Many yarn manufacturers make mothproof wool, which is chemically treated to repel or kill moths that come in contact with it. This sounds like a great idea to some knitters, while others are a little nervous at the prospect of having chemicals they don't know much about so close to their skin.
I asked Robert Wells of Brown Sheep Company about the process that is used to mothproof wool.
He told me that the chemical used to mothproof wool, Mitin FF, is added to the yarn in the dye bath at the same time as any coloring that is being added to the yarn. The mothproofing agent adheres to the yarn in a similar way as the dye does.
This means that like dye, the chemical will not rub off or wash off in normal cleaning or dry cleaning.
Mitin FF is a pesticide that works by killing the moth larvae when the ingest and digest the wool protein, which means if you do ever get moths in your stash, they won't be able to do a lot of damage.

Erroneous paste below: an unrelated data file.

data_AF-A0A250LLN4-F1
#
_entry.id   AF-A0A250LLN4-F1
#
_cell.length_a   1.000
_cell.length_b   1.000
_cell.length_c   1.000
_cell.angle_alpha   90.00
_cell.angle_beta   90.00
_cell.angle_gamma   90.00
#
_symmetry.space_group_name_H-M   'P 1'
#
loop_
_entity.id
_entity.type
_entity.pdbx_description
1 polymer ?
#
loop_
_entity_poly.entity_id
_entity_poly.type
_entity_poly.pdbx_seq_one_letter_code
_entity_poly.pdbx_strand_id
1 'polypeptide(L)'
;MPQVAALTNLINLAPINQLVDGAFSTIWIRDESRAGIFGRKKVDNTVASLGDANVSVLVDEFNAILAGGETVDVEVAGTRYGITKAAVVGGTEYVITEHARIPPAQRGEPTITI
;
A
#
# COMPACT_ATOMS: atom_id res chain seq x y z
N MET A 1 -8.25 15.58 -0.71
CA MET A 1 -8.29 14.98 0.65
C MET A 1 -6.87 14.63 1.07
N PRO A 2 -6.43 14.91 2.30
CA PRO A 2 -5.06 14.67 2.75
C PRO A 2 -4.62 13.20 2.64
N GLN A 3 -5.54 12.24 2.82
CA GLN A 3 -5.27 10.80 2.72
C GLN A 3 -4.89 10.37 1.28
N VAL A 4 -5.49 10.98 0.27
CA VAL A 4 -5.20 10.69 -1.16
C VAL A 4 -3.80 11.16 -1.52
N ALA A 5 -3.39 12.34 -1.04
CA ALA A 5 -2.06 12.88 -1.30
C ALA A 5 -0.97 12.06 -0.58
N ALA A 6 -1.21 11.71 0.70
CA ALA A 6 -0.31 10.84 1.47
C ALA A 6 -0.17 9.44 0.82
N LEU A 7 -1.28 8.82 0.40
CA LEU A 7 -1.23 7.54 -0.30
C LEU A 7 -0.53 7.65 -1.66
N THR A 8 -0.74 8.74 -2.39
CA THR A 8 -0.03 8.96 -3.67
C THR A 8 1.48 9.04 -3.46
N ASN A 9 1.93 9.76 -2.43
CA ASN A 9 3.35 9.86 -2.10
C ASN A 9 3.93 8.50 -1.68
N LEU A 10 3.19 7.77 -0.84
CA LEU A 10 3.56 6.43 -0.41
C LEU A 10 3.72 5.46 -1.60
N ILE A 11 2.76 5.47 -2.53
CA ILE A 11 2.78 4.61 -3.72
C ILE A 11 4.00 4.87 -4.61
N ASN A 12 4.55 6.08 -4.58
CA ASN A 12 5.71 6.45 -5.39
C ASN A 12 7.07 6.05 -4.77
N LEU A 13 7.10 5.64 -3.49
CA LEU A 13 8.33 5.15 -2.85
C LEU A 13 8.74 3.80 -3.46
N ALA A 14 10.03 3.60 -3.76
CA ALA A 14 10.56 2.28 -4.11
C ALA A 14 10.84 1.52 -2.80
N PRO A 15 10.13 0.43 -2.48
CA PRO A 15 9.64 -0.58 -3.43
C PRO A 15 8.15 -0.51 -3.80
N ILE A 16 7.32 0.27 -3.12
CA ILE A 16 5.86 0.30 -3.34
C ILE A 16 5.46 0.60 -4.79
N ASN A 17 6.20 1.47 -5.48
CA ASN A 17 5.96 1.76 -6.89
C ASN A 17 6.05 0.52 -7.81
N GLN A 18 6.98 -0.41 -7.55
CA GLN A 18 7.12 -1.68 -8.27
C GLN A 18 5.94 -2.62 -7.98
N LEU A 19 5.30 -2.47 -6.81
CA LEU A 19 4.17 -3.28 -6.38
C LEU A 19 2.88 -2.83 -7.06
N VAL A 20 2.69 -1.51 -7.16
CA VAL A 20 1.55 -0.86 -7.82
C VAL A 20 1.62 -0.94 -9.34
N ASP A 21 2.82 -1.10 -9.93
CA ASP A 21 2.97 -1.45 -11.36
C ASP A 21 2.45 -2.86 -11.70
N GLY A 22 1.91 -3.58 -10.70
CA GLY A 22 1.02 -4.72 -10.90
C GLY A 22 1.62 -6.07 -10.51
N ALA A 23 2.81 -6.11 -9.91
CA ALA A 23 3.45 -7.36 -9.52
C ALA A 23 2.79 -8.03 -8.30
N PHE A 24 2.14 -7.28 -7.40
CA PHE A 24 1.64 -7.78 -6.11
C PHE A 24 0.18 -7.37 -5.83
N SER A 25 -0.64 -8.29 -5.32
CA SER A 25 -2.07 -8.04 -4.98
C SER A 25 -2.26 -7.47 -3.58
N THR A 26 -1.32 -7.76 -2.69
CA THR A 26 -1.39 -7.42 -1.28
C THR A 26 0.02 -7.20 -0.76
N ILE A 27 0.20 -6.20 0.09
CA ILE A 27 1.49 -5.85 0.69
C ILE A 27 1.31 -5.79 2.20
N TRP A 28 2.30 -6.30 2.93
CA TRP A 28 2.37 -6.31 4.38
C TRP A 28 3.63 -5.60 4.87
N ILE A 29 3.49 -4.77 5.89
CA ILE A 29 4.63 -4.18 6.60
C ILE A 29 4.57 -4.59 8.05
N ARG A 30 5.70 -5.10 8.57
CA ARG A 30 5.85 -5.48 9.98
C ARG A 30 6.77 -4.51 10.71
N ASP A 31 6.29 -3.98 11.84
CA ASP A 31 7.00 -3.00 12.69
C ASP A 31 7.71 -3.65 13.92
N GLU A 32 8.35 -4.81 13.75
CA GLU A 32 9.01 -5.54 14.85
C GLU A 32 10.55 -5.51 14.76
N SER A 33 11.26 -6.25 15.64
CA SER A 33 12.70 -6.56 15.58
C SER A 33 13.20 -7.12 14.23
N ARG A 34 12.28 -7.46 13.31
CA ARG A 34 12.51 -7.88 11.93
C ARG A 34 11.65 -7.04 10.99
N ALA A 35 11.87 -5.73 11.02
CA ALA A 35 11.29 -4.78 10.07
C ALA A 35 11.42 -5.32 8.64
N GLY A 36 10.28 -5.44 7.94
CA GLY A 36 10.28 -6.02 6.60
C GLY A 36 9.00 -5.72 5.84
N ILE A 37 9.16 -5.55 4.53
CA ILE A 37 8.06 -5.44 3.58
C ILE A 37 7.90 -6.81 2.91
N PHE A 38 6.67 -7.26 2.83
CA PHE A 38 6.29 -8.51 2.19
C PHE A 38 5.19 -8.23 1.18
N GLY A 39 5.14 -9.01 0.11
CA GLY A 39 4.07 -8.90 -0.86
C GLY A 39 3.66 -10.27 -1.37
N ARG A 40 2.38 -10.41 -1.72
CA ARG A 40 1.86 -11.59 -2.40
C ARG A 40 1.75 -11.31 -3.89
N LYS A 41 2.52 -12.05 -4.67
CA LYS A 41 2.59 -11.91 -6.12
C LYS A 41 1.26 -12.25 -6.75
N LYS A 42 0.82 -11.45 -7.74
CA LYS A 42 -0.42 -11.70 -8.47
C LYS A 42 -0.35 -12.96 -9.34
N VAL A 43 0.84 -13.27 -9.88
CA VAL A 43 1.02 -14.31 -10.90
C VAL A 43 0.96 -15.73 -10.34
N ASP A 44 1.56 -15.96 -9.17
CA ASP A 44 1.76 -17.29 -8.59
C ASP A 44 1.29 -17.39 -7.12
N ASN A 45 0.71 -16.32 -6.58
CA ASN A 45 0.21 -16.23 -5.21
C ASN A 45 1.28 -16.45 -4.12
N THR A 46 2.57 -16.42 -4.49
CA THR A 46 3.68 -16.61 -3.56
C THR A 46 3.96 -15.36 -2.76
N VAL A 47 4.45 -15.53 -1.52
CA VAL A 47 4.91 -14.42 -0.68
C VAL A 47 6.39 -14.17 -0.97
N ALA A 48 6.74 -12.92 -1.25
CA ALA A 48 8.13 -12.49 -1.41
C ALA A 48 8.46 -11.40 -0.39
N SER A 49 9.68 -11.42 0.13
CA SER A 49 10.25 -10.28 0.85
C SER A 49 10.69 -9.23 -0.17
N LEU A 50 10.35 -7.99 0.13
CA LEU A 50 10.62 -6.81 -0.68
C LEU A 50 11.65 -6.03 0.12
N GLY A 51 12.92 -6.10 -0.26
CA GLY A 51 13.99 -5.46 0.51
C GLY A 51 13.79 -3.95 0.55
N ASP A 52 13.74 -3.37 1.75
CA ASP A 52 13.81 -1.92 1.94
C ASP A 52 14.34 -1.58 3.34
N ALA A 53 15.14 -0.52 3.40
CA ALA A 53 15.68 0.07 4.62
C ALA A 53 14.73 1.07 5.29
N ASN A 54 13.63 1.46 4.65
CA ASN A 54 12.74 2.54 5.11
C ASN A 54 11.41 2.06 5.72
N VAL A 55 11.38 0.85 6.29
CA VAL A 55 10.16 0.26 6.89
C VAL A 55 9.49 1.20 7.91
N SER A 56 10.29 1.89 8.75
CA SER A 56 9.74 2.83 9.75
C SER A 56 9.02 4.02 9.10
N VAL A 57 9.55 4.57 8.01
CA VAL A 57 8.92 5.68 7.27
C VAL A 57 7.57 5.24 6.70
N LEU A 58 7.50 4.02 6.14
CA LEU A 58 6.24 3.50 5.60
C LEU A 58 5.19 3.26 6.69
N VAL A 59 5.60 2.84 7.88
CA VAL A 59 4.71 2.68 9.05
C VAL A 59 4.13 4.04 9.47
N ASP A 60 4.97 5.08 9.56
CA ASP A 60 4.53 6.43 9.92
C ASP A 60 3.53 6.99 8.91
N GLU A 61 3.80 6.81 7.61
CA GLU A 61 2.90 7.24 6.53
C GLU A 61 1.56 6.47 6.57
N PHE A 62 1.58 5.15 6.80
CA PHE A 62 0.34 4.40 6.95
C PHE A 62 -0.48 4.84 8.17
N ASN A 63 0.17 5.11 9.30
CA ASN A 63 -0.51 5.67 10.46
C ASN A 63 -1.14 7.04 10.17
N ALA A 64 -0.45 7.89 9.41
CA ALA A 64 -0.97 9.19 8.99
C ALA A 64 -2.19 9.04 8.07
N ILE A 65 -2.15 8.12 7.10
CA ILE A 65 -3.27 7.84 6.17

But if the chemical kills moths, what can it do to humans? Wells said Mitin FF is relatively harmless if not ingested, and the federal government agrees. Mitin FF has been used as a pesticide in the United States since 1948 and is used exclusively by the textile industry for mothproofing wool. Laboratory tests have found the chemical to be "low to moderately toxic" and to have "low mammalian toxicity."
While there's no danger from using mothproofed wool, some people prefer not to use yarn with extra chemicals. For those people, a whole new world of organic wools and cottons are coming to the marketplace, allowing you to create without the chemicals.